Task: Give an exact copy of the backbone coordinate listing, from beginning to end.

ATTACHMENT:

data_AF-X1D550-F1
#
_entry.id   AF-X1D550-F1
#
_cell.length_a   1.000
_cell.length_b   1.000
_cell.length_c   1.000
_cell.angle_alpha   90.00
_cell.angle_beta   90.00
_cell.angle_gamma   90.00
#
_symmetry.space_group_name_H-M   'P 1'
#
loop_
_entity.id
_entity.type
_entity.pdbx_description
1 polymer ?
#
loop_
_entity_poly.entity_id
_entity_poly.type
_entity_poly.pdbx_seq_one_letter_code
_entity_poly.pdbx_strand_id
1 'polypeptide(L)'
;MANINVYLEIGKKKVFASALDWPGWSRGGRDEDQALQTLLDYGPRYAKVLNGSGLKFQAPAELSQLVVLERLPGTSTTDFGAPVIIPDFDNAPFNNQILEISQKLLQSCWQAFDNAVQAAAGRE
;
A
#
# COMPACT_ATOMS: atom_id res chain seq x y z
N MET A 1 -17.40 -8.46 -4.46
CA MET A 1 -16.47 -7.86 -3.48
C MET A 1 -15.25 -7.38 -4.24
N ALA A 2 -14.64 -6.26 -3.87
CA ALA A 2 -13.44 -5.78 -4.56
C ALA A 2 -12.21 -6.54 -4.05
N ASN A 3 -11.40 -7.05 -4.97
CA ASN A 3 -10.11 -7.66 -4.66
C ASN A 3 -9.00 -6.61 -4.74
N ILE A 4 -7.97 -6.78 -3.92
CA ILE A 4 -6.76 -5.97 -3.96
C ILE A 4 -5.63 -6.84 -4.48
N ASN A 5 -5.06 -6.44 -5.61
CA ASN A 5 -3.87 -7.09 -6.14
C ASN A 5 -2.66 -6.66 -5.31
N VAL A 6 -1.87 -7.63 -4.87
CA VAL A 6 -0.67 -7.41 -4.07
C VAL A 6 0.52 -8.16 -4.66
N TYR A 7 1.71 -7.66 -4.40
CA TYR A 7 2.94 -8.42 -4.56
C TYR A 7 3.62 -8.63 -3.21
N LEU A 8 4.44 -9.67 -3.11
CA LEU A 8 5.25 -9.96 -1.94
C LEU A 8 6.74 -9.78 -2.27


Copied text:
data_AF-X1D550-F1
#
_entry.id   AF-X1D550-F1
#
_cell.length_a   1.000
_cell.length_b   1.000
_cell.length_c   1.000
_cell.angle_alpha   90.00
_cell.angle_beta   90.00
_cell.angle_gamma   90.00
#
_symmetry.space_group_name_H-M   'P 1'
#
loop_
_entity.id
_entity.type
_entity.pdbx_description
1 polymer ?
#
loop_
_entity_poly.entity_id
_entity_poly.type
_entity_poly.pdbx_seq_one_letter_code
_entity_poly.pdbx_strand_id
1 'polypeptide(L)'
;MANINVYLEIGKKKVFASALDWPGWSRGGRDEDQALQTLLDYGPRYAKVLNGSGLKFQAPAELSQLVVLERLPGTSTTDFGAPVIIPDFDNAPFNNQILEISQKLLQSCWQAFDNAVQAAAGRE
;
A
#
# COMPACT_ATOMS: atom_id res chain seq x y z
N MET A 1 -17.40 -8.46 -4.46
CA MET A 1 -16.47 -7.86 -3.48
C MET A 1 -15.25 -7.38 -4.24
N ALA A 2 -14.64 -6.26 -3.87
CA ALA A 2 -13.44 -5.78 -4.56
C ALA A 2 -12.21 -6.54 -4.05
N ASN A 3 -11.40 -7.05 -4.97
CA ASN A 3 -10.11 -7.66 -4.66
C ASN A 3 -9.00 -6.61 -4.74
N ILE A 4 -7.97 -6.78 -3.92
CA ILE A 4 -6.76 -5.97 -3.96
C ILE A 4 -5.63 -6.84 -4.48
N ASN A 5 -5.06 -6.44 -5.61
CA ASN A 5 -3.87 -7.09 -6.14
C ASN A 5 -2.66 -6.66 -5.31
N VAL A 6 -1.87 -7.63 -4.87
CA VAL A 6 -0.67 -7.41 -4.07
C VAL A 6 0.52 -8.16 -4.66
N TYR A 7 1.71 -7.66 -4.40
CA TYR A 7 2.94 -8.42 -4.56
C TYR A 7 3.62 -8.63 -3.21
N LEU A 8 4.44 -9.67 -3.11
CA LEU A 8 5.25 -9.96 -1.94
C LEU A 8 6.74 -9.78 -2.27